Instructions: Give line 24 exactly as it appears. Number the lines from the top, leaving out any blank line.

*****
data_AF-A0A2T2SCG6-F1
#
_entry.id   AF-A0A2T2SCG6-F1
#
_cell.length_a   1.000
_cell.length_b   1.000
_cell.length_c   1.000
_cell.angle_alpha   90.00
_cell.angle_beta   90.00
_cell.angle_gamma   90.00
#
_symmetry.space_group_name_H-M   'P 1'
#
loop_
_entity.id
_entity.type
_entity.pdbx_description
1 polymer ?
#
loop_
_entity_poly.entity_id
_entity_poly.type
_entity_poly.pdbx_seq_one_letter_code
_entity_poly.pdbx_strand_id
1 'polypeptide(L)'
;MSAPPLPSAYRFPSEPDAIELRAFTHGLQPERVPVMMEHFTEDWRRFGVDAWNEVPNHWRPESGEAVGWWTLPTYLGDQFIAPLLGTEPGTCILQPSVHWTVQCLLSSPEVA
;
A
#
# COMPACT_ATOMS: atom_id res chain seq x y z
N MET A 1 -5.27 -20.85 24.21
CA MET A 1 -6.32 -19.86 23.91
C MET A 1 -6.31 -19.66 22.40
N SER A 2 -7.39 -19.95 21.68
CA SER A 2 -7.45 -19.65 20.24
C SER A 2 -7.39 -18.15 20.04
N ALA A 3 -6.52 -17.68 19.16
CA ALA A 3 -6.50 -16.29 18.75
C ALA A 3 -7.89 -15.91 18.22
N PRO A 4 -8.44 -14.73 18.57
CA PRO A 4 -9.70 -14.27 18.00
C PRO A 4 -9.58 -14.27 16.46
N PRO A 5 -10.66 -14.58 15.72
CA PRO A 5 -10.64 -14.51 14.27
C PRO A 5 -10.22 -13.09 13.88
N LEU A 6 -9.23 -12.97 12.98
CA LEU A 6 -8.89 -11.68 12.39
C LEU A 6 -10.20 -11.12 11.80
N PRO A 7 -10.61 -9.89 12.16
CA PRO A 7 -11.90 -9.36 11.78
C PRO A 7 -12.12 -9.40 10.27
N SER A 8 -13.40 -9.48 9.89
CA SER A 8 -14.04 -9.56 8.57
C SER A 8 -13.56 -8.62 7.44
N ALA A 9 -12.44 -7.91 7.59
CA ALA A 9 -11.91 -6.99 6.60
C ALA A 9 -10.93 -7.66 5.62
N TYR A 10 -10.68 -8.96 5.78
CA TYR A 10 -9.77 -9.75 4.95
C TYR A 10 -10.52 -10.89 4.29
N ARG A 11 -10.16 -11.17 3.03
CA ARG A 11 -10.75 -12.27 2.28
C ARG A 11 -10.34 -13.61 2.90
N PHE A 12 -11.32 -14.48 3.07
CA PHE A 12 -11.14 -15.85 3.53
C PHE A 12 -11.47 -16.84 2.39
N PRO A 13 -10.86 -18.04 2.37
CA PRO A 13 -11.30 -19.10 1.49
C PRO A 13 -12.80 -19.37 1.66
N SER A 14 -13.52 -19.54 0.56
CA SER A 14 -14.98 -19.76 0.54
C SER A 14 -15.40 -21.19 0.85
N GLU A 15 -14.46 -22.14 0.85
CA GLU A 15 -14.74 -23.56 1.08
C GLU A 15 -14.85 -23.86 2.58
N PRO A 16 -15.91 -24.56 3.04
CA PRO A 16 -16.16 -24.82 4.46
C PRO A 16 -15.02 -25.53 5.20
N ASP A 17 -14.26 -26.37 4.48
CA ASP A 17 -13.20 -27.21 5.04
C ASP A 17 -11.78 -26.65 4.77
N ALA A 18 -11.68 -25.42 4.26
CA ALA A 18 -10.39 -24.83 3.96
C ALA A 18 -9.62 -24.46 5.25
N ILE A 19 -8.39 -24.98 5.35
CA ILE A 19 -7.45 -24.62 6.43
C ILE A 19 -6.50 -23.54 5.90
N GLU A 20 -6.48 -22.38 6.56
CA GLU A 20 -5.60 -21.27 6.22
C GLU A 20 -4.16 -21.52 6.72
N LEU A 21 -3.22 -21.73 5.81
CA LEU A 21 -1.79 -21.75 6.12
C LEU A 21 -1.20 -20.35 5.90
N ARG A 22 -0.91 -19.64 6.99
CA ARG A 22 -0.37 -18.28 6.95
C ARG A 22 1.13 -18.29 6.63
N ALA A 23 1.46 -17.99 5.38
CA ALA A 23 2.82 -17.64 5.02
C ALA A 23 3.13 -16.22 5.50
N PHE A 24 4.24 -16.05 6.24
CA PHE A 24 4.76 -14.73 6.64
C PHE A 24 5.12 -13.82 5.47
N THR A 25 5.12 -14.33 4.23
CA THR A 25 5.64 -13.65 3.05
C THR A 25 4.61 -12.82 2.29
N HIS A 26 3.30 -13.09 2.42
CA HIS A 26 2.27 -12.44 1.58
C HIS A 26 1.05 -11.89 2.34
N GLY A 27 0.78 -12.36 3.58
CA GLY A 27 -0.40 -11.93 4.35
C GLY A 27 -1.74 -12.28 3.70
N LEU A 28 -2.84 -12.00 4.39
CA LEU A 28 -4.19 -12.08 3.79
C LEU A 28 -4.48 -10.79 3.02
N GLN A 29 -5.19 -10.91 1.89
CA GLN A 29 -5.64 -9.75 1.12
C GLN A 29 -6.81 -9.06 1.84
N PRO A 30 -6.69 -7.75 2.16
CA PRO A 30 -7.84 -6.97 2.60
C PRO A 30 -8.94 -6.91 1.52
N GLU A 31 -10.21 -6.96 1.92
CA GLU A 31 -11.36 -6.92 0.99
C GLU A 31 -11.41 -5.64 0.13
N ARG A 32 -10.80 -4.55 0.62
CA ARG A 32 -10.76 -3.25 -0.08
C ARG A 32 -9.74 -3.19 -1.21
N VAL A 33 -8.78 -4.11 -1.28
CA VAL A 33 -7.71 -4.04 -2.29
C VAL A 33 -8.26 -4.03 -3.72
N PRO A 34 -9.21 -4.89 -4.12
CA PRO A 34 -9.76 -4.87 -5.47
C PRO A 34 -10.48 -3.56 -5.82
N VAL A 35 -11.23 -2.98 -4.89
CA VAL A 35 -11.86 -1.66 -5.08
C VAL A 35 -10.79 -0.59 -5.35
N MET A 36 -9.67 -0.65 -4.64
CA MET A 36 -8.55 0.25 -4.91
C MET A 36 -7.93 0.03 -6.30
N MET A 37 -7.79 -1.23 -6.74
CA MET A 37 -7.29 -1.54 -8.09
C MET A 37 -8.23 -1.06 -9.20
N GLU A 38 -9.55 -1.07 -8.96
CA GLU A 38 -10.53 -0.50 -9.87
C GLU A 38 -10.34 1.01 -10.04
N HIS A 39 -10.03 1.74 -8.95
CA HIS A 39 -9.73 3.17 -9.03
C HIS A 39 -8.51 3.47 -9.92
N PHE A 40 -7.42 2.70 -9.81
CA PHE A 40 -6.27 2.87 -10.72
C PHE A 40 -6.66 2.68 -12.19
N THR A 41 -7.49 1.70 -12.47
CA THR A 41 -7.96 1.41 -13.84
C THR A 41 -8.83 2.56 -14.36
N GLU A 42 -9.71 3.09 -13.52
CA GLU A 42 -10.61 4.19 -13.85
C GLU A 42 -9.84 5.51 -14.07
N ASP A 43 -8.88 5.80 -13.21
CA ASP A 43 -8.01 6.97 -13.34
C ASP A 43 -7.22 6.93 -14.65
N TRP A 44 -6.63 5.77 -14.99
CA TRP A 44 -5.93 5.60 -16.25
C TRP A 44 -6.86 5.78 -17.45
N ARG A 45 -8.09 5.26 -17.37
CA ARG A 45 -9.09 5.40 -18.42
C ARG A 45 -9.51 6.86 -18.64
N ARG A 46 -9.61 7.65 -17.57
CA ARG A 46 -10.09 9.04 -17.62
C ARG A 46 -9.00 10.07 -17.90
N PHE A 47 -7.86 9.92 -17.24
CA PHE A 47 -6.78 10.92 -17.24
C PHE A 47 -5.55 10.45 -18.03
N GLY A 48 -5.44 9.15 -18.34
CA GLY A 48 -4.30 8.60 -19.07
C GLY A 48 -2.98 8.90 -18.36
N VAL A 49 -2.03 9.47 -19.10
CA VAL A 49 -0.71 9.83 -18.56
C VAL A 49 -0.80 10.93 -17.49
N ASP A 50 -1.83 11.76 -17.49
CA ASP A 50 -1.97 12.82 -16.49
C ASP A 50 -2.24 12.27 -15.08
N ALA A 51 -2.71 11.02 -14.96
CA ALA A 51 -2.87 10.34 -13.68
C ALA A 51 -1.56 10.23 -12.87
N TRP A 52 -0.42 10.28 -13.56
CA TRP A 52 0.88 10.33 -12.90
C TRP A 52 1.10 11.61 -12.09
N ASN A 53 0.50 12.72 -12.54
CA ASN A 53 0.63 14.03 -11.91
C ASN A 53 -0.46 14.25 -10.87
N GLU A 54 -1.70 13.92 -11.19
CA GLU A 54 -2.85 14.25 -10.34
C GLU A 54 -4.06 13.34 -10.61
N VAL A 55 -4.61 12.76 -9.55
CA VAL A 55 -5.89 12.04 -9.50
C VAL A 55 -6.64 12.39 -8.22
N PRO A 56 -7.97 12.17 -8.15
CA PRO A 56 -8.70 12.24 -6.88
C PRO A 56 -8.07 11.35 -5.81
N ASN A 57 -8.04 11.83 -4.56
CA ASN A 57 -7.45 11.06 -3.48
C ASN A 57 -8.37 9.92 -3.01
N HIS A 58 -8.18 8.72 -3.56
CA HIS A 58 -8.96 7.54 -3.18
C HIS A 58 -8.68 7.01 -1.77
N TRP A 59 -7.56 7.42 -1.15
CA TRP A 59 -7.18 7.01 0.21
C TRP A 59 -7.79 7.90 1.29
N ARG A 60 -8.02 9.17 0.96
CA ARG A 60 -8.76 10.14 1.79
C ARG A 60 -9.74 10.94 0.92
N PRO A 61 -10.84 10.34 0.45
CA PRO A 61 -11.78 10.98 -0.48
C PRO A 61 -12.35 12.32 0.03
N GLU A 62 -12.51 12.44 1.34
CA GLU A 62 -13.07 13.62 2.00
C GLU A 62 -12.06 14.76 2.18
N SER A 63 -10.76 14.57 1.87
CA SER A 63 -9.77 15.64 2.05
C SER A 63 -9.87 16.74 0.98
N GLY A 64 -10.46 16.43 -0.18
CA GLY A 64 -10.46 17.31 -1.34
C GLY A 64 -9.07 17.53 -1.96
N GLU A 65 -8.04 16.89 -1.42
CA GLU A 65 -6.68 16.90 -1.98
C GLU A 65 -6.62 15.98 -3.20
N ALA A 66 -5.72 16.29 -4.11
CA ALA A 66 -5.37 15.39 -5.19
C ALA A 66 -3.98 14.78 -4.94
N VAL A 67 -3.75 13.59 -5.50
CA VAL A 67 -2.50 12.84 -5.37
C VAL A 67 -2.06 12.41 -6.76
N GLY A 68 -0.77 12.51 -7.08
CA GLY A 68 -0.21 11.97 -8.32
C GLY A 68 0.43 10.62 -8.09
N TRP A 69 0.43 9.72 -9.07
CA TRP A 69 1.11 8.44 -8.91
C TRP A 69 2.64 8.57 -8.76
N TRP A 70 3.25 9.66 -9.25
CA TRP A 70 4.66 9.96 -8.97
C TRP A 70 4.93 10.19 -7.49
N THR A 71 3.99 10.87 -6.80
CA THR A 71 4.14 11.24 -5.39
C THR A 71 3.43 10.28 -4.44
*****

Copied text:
_entity_poly.pdbx_strand_id